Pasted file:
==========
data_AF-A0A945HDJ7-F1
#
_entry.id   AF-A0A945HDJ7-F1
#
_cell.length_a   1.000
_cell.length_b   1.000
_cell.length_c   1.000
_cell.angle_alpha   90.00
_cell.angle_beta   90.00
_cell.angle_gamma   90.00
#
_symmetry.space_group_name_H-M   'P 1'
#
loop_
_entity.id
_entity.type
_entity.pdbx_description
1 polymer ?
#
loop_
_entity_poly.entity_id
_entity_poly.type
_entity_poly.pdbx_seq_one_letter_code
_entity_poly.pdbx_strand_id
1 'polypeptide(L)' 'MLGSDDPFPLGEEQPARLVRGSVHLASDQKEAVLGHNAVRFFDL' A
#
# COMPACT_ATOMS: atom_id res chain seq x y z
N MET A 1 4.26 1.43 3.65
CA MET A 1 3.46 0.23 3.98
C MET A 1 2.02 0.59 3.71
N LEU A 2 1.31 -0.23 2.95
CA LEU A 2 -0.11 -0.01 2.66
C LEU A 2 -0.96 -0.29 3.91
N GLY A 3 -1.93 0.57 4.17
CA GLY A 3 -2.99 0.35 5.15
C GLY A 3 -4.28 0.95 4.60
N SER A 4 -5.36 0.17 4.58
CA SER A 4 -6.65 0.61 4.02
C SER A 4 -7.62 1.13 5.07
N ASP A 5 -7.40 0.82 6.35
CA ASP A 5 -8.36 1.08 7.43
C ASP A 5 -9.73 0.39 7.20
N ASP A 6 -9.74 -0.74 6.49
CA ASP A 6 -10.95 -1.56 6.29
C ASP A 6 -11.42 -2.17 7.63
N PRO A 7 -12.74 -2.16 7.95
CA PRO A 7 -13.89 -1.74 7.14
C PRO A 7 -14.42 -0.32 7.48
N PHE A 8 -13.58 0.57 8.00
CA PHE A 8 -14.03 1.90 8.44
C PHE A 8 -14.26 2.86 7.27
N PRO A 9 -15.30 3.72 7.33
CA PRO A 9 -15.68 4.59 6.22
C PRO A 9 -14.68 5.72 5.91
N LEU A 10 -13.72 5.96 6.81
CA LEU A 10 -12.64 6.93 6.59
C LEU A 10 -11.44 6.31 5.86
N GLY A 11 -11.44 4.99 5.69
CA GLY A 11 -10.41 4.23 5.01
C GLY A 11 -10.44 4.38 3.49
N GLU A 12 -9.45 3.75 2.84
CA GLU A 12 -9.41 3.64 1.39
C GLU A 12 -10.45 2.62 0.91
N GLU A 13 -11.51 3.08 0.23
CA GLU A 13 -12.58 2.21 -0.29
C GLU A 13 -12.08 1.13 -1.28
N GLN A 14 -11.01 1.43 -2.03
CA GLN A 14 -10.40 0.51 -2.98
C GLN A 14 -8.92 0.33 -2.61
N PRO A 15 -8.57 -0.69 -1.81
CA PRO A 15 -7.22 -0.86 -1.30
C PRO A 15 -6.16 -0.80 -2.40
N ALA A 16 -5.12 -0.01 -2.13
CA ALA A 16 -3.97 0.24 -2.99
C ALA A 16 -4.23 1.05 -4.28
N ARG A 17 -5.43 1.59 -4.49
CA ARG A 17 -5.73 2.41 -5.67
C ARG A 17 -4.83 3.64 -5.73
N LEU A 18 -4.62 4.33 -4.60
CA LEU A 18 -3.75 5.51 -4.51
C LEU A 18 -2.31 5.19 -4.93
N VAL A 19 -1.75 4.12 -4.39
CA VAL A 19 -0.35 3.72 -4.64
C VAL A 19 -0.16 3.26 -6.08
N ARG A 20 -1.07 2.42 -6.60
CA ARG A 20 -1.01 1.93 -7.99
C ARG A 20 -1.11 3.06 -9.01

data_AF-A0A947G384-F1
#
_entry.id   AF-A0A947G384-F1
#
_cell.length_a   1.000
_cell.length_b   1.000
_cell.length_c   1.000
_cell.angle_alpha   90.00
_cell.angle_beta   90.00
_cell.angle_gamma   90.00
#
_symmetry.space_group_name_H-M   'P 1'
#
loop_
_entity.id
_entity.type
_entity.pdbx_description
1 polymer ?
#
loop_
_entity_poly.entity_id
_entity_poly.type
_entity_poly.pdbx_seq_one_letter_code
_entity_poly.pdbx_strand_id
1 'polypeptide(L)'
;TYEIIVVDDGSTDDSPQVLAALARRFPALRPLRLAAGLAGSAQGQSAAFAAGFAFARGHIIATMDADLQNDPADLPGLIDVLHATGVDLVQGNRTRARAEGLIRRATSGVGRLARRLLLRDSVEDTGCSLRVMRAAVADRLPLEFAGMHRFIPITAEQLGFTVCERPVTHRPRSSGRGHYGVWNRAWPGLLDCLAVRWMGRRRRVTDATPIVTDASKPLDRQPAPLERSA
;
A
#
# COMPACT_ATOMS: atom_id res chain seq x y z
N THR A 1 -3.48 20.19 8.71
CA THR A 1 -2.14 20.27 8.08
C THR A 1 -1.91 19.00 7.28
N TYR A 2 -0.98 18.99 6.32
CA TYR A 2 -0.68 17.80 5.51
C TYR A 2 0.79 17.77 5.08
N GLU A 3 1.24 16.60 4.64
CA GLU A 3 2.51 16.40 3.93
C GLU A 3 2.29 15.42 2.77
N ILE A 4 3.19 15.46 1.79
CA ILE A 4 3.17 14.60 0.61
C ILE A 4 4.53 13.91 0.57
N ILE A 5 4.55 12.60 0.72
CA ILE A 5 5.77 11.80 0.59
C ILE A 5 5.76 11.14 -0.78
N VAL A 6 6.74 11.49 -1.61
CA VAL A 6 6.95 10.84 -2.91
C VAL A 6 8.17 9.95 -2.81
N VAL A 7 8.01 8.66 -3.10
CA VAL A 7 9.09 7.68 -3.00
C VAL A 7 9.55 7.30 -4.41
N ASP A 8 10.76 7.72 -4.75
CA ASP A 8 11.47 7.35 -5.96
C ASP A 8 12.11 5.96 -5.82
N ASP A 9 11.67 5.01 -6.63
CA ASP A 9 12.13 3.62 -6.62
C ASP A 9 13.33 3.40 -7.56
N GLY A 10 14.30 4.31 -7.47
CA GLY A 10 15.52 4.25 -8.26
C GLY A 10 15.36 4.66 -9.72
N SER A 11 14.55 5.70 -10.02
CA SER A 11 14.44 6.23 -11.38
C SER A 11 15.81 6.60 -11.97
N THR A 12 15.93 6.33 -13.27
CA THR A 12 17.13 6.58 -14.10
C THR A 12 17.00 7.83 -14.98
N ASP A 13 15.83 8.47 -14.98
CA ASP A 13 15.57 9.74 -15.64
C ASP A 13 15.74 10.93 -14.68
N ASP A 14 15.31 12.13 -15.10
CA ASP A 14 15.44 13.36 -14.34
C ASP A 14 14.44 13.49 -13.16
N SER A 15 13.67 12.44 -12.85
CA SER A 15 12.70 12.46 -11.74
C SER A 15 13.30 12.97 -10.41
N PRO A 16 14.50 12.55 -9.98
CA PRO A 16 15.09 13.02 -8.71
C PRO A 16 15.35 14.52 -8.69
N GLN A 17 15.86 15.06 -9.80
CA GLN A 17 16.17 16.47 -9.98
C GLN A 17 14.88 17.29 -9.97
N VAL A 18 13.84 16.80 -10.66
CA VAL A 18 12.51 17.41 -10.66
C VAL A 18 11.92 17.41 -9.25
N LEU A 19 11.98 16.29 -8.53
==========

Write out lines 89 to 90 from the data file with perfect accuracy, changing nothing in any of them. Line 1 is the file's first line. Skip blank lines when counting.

#
_entry.id   AF-A0A947G384-F1